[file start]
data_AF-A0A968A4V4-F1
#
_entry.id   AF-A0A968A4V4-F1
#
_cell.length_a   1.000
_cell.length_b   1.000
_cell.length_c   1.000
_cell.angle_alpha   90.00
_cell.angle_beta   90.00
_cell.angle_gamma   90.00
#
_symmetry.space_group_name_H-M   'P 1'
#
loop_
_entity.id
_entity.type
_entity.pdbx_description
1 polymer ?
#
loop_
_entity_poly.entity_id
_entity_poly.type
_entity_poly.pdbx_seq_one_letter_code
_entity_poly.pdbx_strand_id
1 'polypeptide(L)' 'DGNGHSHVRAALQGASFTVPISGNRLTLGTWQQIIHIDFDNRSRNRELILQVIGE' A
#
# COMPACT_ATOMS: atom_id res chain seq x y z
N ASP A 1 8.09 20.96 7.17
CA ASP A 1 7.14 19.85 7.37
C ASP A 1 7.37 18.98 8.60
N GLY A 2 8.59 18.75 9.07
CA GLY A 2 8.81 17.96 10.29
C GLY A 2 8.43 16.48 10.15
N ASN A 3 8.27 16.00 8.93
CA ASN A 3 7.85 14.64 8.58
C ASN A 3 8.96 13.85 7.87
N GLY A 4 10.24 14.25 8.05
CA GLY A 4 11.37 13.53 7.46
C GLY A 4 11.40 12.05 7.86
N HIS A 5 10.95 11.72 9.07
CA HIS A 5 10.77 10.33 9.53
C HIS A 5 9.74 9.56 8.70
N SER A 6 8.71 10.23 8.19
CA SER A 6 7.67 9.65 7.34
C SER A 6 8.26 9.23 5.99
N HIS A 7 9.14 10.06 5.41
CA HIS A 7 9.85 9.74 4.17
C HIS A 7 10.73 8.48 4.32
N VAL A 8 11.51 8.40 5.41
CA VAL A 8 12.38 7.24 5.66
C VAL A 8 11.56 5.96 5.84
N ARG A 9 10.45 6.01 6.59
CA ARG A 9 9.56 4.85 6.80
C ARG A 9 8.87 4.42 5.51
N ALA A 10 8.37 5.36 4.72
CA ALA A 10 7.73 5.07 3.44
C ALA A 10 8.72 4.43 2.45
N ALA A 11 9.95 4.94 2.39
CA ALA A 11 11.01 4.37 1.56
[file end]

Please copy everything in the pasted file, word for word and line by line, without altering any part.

data_AF-A0A968A4V4-F1
#
_entry.id   AF-A0A968A4V4-F1
#
_cell.length_a   1.000
_cell.length_b   1.000
_cell.length_c   1.000
_cell.angle_alpha   90.00
_cell.angle_beta   90.00
_cell.angle_gamma   90.00
#
_symmetry.space_group_name_H-M   'P 1'
#
loop_
_entity.id
_entity.type
_entity.pdbx_description
1 polymer ?
#
loop_
_entity_poly.entity_id
_entity_poly.type
_entity_poly.pdbx_seq_one_letter_code
_entity_poly.pdbx_strand_id
1 'polypeptide(L)' 'DGNGHSHVRAALQGASFTVPISGNRLTLGTWQQIIHIDFDNRSRNRELILQVIGE' A
#
# COMPACT_ATOMS: atom_id res chain seq x y z
N ASP A 1 8.09 20.96 7.17
CA ASP A 1 7.14 19.85 7.37
C ASP A 1 7.37 18.98 8.60
N GLY A 2 8.59 18.75 9.07
CA GLY A 2 8.81 17.96 10.29
C GLY A 2 8.43 16.48 10.15
N ASN A 3 8.27 16.00 8.93
CA ASN A 3 7.85 14.64 8.58
C ASN A 3 8.96 13.85 7.87
N GLY A 4 10.24 14.25 8.05
CA GLY A 4 11.37 13.53 7.46
C GLY A 4 11.40 12.05 7.86
N HIS A 5 10.95 11.72 9.07
CA HIS A 5 10.77 10.33 9.53
C HIS A 5 9.74 9.56 8.70
N SER A 6 8.71 10.23 8.19
CA SER A 6 7.67 9.65 7.34
C SER A 6 8.26 9.23 5.99
N HIS A 7 9.14 10.06 5.41
CA HIS A 7 9.85 9.74 4.17
C HIS A 7 10.73 8.48 4.32
N VAL A 8 11.51 8.40 5.41
CA VAL A 8 12.38 7.24 5.66
C VAL A 8 11.56 5.96 5.84
N ARG A 9 10.45 6.01 6.59
CA ARG A 9 9.56 4.85 6.80
C ARG A 9 8.87 4.42 5.51
N ALA A 10 8.37 5.36 4.72
CA ALA A 10 7.73 5.07 3.44
C ALA A 10 8.72 4.43 2.45
N ALA A 11 9.95 4.94 2.39
CA ALA A 11 11.01 4.37 1.56